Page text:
341. INDIA'S OIL DEMAND IS NOT INCREASING MUCH
Recently I've noticed a lot of articles blaming the spike in oil prices on demand from China and India.
But he [Giovanni Serio, oil analyst at Goldman Sachs] remained positive on oil long-term because of the market's deeply-ingrained structural constraints that mean supply cannot easily rise to meet rapidly increasing demand from emerging countries like China and India.LinkDick Cheney:
Cheney said there had also been a "dramatic increase" in demand from countries like China and India,LinkChristophe de Margerie, head of France's Total SA:
The crunch is due to a slate of “above-ground” factors that make it unlikely the world will ever produce the amounts of oil Mr. Yergin or the International Energy Agency think it will, Mr. de Margerie said. That includes sudden and voracious demand from China and India;LinkSounds plausible enough. After all, "surging demand form China and India" is the soundbite reason given to justify the bubble in all commodities. There's just one problem. Oil demand from India is not rapidly increasing, and it's not dramatically increasing, and it's not sudden and voracious either.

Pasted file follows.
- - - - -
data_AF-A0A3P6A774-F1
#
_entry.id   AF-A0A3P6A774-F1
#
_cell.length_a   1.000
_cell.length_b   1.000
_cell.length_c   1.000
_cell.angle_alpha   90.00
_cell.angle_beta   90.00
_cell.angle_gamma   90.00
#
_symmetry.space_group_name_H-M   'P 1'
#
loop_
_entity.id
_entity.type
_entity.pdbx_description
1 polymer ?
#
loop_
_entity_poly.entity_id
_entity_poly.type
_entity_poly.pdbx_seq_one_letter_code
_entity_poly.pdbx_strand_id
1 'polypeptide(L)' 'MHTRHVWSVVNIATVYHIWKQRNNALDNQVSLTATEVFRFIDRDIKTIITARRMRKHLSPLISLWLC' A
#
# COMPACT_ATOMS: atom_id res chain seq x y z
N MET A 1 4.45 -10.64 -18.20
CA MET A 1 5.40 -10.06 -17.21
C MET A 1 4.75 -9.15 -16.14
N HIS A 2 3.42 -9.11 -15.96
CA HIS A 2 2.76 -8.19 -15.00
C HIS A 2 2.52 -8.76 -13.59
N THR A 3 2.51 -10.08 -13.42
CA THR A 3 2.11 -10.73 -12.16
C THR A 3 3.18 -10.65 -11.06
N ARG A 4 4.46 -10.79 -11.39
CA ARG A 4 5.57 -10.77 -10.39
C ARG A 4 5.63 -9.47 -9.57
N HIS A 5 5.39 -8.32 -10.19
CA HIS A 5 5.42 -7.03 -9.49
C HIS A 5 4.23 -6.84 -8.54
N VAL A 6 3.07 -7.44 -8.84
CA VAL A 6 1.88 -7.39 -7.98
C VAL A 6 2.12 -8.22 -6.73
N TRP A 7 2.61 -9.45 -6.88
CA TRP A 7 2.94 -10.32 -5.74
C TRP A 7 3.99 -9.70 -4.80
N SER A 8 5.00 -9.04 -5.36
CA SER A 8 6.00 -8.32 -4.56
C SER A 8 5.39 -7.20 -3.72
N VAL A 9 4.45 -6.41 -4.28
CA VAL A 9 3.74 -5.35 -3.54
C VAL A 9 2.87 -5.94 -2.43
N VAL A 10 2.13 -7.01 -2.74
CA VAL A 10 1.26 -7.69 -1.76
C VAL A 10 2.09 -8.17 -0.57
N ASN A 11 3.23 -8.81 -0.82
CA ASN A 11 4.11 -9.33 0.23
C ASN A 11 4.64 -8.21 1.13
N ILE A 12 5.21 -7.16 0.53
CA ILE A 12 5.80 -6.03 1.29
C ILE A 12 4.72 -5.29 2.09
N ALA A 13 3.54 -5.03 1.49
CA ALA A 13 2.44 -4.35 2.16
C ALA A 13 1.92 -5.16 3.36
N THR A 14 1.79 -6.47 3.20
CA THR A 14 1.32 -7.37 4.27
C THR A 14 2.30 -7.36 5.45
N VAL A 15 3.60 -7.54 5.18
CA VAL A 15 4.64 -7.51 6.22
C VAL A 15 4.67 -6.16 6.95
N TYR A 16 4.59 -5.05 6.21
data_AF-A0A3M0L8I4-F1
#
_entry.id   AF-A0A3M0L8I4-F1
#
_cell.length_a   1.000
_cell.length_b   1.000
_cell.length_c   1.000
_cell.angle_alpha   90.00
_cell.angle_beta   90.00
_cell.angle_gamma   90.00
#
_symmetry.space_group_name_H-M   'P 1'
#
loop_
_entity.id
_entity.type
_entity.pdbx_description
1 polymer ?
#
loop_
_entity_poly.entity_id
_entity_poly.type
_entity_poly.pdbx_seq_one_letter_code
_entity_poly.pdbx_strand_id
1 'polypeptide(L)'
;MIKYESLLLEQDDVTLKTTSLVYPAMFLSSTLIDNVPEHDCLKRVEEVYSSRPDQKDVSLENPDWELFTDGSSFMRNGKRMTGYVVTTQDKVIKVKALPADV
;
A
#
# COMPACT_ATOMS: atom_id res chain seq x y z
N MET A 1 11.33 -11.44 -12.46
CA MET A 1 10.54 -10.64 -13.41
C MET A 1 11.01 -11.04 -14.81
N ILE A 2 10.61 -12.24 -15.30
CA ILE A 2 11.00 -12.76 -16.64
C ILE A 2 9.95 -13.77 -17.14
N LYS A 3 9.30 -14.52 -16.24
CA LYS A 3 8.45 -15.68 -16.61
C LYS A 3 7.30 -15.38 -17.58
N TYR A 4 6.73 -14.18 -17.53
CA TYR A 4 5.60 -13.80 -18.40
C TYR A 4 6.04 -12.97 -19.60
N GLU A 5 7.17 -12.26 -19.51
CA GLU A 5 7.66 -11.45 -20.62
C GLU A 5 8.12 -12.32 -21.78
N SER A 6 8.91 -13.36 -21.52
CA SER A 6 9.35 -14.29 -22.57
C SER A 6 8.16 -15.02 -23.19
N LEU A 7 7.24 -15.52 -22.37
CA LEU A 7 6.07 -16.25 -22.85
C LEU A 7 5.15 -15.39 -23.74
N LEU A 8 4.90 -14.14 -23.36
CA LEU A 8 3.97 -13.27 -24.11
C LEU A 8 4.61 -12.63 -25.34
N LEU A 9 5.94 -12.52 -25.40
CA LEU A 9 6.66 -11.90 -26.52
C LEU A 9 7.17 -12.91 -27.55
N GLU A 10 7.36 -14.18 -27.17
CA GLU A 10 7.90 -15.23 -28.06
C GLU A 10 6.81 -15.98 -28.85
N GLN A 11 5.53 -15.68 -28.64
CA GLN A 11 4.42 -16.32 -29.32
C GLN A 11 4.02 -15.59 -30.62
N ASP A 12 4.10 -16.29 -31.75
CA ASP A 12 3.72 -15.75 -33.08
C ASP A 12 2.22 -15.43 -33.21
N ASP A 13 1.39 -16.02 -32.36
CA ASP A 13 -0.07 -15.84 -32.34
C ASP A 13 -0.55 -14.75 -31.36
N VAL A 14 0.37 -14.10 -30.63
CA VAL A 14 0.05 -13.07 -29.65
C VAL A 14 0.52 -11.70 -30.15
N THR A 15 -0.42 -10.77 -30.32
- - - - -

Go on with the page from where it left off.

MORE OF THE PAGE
Here's India's recent oil consumption from the June 2007 BP Statistical Review:
Here's the oil consumption figures for "Other Asia", which includes India, from the EIA:
1st quarter 2006: 8.62
2nd quarter 2006: 8.71
3rd quarter 2006: 8.54
4th quarter 2006: 8.82
1st quarter 2007: 8.73
2nd quarter 2007: 8.82
3rd quarter 2007: 8.63